Tuesday, October 26, 2010

Post #6

Internalized racism has and always will be a disease that plague’s society until the very end of time. Growing up for Malcolm X was very rough due to his hair color and skin complexion. Being that he was the lightest out of his siblings, Malcolm X, received little to no beatings from his father, ironically it was his mother “who looked like a white woman” (Malcolm X p.2) who would reprimand him with whippings. Malcolm X believed that the ideology of “white being better than black” embedded in the mind by whites subconsciously affected his father’s way of viewing his brothers and sisters. Even his mother received harsh beatings from his dad because her level of education was much higher than his father’s. “I was among the millions of Negroes who were insane enough to feel that is was some kind of status symbol…” (Malcolm X p.3), it was this type of thinking or dogma that Malcolm X adapted when he was young which lead him to “frying “ or relaxing his hair like white folks and having sexual encounters with white women.
Malcolm X is conveying that this type of thinking is what’s eating away the core of black people. Whites for decades upon decades having been tricking the minds of blacks into thinking that white is right and black is wrong, feebleminded, and inferior. Internalized racism has in many ways contributed to self-hatred and hating amongst those in the same race. Even in today’s society many African-Americans are succumbing their natural beauty whether physically or mentally to achieve social and high status.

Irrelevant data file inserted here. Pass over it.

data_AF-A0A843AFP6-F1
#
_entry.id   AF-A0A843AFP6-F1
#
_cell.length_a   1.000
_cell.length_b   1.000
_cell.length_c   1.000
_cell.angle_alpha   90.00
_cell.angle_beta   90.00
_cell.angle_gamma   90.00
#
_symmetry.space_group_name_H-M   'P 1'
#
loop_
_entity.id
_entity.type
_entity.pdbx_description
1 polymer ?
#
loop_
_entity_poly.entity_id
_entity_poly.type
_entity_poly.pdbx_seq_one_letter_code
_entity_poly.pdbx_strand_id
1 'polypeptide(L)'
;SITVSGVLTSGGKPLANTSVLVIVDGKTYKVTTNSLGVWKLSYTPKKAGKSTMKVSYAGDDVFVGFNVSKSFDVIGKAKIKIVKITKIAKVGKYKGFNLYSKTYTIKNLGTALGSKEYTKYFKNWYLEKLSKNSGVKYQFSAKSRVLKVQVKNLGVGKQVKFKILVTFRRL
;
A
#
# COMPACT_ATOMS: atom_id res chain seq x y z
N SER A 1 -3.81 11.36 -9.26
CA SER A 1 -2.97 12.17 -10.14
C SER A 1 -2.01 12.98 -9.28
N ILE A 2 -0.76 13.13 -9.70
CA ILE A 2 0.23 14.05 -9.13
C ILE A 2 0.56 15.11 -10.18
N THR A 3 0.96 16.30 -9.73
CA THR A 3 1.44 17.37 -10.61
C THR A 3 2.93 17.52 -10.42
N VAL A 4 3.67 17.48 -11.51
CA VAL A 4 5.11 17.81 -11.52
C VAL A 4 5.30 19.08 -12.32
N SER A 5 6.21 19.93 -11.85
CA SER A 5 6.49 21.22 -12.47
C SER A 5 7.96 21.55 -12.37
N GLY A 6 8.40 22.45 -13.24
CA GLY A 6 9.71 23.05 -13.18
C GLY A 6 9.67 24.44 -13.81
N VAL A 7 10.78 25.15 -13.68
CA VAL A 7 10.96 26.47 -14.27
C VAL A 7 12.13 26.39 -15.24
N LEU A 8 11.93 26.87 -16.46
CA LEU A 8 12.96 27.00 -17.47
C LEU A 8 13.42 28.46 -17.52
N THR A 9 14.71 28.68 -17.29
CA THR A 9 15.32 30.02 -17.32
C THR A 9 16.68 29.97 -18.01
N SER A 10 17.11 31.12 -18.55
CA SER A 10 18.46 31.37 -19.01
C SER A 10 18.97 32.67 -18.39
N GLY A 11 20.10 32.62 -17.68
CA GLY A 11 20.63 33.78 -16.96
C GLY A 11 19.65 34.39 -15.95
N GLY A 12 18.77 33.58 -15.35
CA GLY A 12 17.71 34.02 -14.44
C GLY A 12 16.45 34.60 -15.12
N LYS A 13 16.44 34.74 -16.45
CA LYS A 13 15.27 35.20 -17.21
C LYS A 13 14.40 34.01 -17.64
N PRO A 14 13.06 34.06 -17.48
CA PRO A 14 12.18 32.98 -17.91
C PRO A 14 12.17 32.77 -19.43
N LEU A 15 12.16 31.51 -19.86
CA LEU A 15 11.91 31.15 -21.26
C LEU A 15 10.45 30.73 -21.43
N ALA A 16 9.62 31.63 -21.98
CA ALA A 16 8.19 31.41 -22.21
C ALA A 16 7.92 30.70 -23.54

1 comment:

  1. Good observations - I agree that it's so notable that each parent preferred the child who was different from them in that matter.

    But - - do we know that this will 'always' be this way? In the chapter of Reed we've been discussing, he talks about the change in self-perception among African Americans is among the biggest *successes* of the Black Power/Black Arts movement - it might be interesting to look at his support for this . . .